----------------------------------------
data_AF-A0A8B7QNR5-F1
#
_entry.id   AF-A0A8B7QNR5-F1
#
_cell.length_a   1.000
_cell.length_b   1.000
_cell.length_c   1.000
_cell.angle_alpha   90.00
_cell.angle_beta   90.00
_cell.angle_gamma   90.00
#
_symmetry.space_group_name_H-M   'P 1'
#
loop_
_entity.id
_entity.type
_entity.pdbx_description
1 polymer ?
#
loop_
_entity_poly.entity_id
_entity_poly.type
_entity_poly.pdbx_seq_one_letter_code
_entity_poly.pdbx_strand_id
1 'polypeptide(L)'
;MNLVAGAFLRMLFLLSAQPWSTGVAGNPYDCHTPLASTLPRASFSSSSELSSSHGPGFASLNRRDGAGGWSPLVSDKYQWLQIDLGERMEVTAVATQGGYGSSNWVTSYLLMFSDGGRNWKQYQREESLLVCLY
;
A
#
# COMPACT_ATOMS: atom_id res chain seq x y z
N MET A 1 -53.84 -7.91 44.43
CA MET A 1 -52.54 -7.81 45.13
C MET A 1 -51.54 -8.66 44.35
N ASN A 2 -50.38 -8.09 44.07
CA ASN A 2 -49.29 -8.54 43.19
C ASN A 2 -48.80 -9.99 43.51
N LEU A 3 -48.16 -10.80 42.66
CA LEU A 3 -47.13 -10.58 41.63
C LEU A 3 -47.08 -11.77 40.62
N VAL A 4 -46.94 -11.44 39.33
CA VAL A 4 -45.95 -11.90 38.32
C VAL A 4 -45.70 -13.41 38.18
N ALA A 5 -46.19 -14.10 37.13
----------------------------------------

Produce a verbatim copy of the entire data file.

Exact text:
data_AF-A0A8B7QNR5-F1
#
_entry.id   AF-A0A8B7QNR5-F1
#
_cell.length_a   1.000
_cell.length_b   1.000
_cell.length_c   1.000
_cell.angle_alpha   90.00
_cell.angle_beta   90.00
_cell.angle_gamma   90.00
#
_symmetry.space_group_name_H-M   'P 1'
#
loop_
_entity.id
_entity.type
_entity.pdbx_description
1 polymer ?
#
loop_
_entity_poly.entity_id
_entity_poly.type
_entity_poly.pdbx_seq_one_letter_code
_entity_poly.pdbx_strand_id
1 'polypeptide(L)'
;MNLVAGAFLRMLFLLSAQPWSTGVAGNPYDCHTPLASTLPRASFSSSSELSSSHGPGFASLNRRDGAGGWSPLVSDKYQWLQIDLGERMEVTAVATQGGYGSSNWVTSYLLMFSDGGRNWKQYQREESLLVCLY
;
A
#
# COMPACT_ATOMS: atom_id res chain seq x y z
N MET A 1 -53.84 -7.91 44.43
CA MET A 1 -52.54 -7.81 45.13
C MET A 1 -51.54 -8.66 44.35
N ASN A 2 -50.38 -8.09 44.07
CA ASN A 2 -49.29 -8.54 43.19
C ASN A 2 -48.80 -9.99 43.51
N LEU A 3 -48.16 -10.80 42.66
CA LEU A 3 -47.13 -10.58 41.63
C LEU A 3 -47.08 -11.77 40.62
N VAL A 4 -46.94 -11.44 39.33
CA VAL A 4 -45.95 -11.90 38.32
C VAL A 4 -45.70 -13.41 38.18
N ALA A 5 -46.19 -14.10 37.13